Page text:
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For example, my class looks like the class below. In equals(), I've defined an equivalence where having one of two ids (or both) being equal results in the entire MyObject.equals() method returning true. Regardless of this being a good thing to do (I've abandoned this approach for a project), I'm curious if it is possible to define a hashCode() method that would work correct with the equals() method.

public class MyObject {
    private UUID id;
    private UUID secondaryId;

    public MyObject(UUID id, UUID secondaryId) {
        this.id = id;
        this.secondaryId = secondaryId;
    }

    @Override
    public boolean equals(Object o) {
        if (this == o) return true;
        if (o == null || getClass() != o.getClass()) return false;

        MyObject myObject = (MyObject) o;

        // Both id and secondary Id are not null on both objects
        if (id != null && myObject.id != null && secondaryId != null &&
            myObject.secondaryId != null) {

            return id.equals(myObject.id) &&
                   secondaryId.equals(myObject.secondaryId);
        }
        // Id is not null on both objects
        else if (id != null && myObject.id != null) {
            return id.equals(myObject.id);
        }
        // Secondary id is not null on both objects
        else if (secondaryId != null && myObject.secondaryId != null) {
            return secondaryId.equals(myObject.secondaryId);
        }

        return false;
    }

    @Override
    public int hashCode() {
        // TODO: How do write a hashcode that reflects the equals method?
    }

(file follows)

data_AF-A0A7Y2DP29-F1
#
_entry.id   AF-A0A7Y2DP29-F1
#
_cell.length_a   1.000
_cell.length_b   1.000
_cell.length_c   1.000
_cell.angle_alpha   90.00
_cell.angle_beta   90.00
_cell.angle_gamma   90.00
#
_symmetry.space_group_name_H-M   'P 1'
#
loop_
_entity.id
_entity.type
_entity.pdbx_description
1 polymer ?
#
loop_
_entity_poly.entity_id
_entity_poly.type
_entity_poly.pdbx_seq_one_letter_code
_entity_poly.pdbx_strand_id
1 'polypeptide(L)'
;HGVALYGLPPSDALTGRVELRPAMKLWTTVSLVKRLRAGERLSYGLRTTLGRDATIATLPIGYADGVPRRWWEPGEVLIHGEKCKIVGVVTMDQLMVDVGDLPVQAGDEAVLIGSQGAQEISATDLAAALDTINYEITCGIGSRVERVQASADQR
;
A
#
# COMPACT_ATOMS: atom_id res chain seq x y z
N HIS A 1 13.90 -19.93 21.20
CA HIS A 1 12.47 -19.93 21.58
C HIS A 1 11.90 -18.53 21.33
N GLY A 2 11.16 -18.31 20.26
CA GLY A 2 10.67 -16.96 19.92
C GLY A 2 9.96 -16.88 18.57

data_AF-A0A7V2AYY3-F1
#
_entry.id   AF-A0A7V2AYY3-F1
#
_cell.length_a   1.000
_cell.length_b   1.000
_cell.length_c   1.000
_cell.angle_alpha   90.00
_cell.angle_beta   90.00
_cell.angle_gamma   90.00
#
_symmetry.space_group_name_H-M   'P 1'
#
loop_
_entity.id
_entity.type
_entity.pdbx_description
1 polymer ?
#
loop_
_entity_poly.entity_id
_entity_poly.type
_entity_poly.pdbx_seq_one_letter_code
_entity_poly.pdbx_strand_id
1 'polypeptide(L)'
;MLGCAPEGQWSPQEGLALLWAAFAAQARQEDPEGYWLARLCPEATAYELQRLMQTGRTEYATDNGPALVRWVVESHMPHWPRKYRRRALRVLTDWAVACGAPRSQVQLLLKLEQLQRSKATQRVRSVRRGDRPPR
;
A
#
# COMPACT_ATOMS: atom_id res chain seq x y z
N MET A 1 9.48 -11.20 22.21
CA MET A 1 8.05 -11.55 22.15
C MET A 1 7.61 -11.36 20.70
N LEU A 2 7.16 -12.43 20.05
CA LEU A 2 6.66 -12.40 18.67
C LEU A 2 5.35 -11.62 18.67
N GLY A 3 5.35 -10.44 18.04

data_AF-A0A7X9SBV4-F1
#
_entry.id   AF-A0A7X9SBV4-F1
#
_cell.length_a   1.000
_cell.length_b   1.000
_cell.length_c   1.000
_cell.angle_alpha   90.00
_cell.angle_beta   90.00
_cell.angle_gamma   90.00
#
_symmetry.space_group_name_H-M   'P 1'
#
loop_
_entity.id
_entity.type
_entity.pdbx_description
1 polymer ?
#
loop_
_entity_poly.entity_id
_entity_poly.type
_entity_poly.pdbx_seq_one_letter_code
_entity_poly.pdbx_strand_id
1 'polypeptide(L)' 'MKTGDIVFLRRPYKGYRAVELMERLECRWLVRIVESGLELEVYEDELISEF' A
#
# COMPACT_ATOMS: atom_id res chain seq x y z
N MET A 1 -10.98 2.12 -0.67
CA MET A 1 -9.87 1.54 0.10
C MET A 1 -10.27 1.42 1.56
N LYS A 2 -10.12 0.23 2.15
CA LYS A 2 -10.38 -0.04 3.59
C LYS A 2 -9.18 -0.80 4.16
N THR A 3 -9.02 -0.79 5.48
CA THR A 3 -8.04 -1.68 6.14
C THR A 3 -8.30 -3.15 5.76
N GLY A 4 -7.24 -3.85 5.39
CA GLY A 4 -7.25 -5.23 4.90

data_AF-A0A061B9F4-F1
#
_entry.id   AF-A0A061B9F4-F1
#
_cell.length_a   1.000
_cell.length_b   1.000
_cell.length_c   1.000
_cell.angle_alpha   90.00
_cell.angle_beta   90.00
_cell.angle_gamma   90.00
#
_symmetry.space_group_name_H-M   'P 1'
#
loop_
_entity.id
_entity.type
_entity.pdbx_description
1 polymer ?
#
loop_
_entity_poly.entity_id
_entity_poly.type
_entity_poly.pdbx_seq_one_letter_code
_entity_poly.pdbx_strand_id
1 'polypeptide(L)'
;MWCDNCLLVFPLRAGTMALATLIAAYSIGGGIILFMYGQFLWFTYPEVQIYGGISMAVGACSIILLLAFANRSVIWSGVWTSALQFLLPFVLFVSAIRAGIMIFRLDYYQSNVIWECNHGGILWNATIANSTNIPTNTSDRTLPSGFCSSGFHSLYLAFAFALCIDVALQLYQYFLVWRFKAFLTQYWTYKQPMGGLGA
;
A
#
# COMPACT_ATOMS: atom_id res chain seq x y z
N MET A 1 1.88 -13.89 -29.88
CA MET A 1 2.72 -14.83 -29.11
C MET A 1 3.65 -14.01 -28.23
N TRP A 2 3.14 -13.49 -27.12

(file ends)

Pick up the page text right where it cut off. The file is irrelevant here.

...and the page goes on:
}

From my little thought on the manner, it seems very hard to do because you could always be missing data. When you are attempting to match an object with both ids defined with an object with a single id defined I don't see how you would be able to know the truth. The best answer I could come up with would be that in the case where you always had one object with both ids defined, you could create a hash that was the combination of two 16-bit hashes for both keys that had a marker between them. So you would always look at the first 16 bits for the first id and then look at the next 16 bits for the second id. That said - I don't have a clue on how to write that approach in a language like Java.

TLDR; How would you write the hashCode() method?

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4  
Your .equals isn’t transitive: MyObject(A,null)==MyObject(A,B)==MyObject(null,B), but MyObject(A,null)!=MyObject(null,B). – Teepeemm Jul 10 '14 at 1:13
1  
return 0; works with any equals. – johnchen902 Jul 10 '14 at 1:19

You can't. There would be no way create a unique hash code for 2 different objects that both "equal" another object.

Quote from Wikipedia:

The general contract for overridden implementations of this method (hashCode()) is that they behave in a way consistent with the same object's equals() method: that a given object must consistently report the same hash value (unless it is changed so that the new version is no longer considered "equal" to the old), and that two objects which equals() says are equal must report the same hash value.

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